Themed, “Championing the Vision of Global Africa as a Unified Economic Block and Single Market,” the initiative which was announced on May 25, 2024 in celebration of Global Africa Day, lists several leaders in the global trade space of African descent, including the President, African Export–Import Bank (Afreximbank), Prof. Benedict Okey Oramah,); Minister of Trade and Export Promotion, Algeria, H.E. Kamel Rezig; Chairman, World Trade Centre Accra, Ghana, H.R.H Togbe Afede; the Nigerian Minister of Industry, Trade and Investment, Dr. Doris Nkiruka Uzoka-Anite; Executive Director and CEO, Nigerian Export Promotion Council (Nigeria), Nonye Ayeni; Executive Vice President, Intra-African Trade Bank (IATB), Kanayo Awani; Director, Trade Development (Africa & Caribbean), World Trade Centre Miami, US, Kemi Arosanyin; Secretary of State for Business and Trade and President of the Board of Trade (United Kingdom/Nigeria), Kemi Badenoch; President, US-Africa Business Centre at US Chamber of Commerce, Kendra Gaither; and President of the Buenaventura Chamber of Commerce (Colombia), Milady Garces Arboleda.

According to a statement by Most Influential People of African Descent (MIPAD), the organisers of the initiative, “These honorees are recognized for their groundbreaking achievements in Trade & Export and are called upon to champion the vision of a unified Global Africa as an economic block. This recognition aligns with the ethos of the International Decade for People of African Descent, highlighting MIPAD’s ongoing commitment to celebrating individuals, organizations, and governments demonstrating outstanding leadership in advancing people of African descent globally.”

Commenting on the initiative, Dr Onyeali-Ikpe said, “This recognition demonstrates our market leadership in the international trade space at Fidelity Bank and our devotion to helping Nigerian businesses play a more active role in the global trade space.

Since 2022, we have hosted the largest private-sector driven trade expo tagged the Fidelity International Trade and Creative Connect (FITCC) with hundreds of export businesses from Nigeria, off-takers in the UK and USA, investors, regulators, media and other key stakeholder in the trade sector. Through FITCC, we have closed deals totaling $450million. Our commitment as a bank is to do more in this space and we thank MIPAD for the recognition.”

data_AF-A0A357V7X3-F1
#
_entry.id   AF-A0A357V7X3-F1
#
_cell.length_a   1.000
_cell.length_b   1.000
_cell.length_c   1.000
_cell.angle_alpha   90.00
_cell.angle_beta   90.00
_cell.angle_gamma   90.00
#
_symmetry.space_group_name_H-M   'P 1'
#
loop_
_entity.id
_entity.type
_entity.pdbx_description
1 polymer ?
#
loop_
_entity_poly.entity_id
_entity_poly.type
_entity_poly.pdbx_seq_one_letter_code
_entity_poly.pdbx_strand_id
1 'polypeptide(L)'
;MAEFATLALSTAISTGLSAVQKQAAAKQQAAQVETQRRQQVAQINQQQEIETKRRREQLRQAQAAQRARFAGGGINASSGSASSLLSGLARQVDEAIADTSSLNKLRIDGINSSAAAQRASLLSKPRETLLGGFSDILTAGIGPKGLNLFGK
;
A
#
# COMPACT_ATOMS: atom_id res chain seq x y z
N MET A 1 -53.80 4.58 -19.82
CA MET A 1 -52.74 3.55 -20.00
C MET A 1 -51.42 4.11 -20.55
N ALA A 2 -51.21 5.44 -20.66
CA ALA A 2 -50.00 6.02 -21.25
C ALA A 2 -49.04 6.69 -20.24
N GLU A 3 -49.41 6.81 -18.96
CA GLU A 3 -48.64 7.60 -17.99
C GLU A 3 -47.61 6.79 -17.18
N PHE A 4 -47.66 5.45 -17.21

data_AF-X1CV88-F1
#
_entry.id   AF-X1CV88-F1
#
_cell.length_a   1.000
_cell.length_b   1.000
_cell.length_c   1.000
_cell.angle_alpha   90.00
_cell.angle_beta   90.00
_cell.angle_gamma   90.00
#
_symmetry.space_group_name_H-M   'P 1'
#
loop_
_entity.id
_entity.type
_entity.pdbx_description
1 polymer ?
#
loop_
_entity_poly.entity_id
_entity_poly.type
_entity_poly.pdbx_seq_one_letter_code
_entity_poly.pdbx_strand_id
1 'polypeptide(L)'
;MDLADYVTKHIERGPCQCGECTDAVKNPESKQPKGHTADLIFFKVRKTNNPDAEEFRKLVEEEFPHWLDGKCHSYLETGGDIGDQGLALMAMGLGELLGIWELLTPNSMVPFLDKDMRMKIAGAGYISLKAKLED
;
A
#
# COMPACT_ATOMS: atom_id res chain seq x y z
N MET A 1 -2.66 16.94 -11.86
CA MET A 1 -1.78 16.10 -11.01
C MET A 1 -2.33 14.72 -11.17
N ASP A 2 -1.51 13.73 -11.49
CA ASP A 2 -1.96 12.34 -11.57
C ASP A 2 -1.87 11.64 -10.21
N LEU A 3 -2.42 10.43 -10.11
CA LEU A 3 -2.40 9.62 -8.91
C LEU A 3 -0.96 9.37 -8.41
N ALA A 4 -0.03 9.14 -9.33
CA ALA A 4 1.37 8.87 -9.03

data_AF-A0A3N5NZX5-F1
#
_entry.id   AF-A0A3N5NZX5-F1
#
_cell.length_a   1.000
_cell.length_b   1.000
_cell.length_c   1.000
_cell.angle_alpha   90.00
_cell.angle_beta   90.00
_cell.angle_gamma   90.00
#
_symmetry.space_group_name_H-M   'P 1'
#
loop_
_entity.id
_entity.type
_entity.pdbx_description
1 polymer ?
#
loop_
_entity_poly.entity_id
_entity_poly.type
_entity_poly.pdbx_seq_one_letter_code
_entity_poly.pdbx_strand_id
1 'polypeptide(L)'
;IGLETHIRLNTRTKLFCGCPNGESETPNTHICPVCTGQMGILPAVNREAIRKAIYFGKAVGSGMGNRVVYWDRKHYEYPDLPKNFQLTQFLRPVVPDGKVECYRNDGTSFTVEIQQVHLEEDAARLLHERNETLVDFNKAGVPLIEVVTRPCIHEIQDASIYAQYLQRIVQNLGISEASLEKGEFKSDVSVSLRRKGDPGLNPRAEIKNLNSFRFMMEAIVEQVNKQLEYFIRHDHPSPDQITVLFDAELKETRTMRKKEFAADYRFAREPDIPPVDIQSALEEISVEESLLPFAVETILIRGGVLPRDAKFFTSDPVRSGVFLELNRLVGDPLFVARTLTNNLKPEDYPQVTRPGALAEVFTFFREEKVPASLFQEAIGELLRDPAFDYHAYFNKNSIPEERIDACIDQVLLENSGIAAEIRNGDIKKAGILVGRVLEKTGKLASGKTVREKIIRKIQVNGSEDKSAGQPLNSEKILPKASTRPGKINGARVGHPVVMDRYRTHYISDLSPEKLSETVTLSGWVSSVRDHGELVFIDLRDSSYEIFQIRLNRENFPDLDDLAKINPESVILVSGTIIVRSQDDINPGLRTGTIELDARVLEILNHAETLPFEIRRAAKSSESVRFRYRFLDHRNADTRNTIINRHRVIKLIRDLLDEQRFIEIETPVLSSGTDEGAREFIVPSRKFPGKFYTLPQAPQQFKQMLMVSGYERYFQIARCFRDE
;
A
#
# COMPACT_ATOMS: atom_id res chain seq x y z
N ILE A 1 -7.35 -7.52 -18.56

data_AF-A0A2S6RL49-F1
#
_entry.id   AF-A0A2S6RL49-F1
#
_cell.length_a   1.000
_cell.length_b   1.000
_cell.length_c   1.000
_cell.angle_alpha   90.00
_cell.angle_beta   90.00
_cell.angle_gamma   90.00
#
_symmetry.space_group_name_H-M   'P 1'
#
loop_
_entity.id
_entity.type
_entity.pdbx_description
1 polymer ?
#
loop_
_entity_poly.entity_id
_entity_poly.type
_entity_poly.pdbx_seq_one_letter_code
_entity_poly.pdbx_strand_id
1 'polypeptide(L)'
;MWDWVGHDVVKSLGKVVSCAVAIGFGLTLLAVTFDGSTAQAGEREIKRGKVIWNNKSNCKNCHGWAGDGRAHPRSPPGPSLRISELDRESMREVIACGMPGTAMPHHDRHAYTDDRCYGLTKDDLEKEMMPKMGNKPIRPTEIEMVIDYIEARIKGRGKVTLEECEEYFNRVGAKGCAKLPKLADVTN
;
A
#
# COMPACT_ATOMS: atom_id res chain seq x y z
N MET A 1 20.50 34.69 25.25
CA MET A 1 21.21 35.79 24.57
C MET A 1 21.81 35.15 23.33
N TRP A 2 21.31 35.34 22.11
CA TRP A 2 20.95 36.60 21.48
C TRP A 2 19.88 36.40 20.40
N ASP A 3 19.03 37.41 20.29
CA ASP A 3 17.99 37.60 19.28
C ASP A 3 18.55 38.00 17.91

The Most Influential People of African Descent (MIPAD), is a global civil society initiative in support of the International Decade for People of African Descent, proclaimed by United Nation’s General Assembly resolution 68/237, to be observed from 2015 to 2024. MIPAD identifies high achievers of African descent in public and private sectors from all around the world as a progressive network of relevant actors to join together in the spirit of recognition, justice and development.

Ranked as one of the best banks in Nigeria, Fidelity Bank is a full-fledged commercial bank with over 8.3 million customers serviced across its 251 business offices in Nigeria and the United Kingdom as well as on digital banking channels.

The bank has won multiple local and international awards including the Export Finance Bank of the Year at the 2023 BusinessDay Banks and Other Financial Institutions (BAFI) Awards, the Best Payment Solution Provider Nigeria 2023 and Best SME Bank Nigeria 2022 by the Global Banking and Finance Awards; Best Bank for SMEs in Nigeria by the Euromoney Awards for Excellence 2023; and Best Domestic Private Bank in Nigeria by the Euromoney Global Private Banking Awards 2023.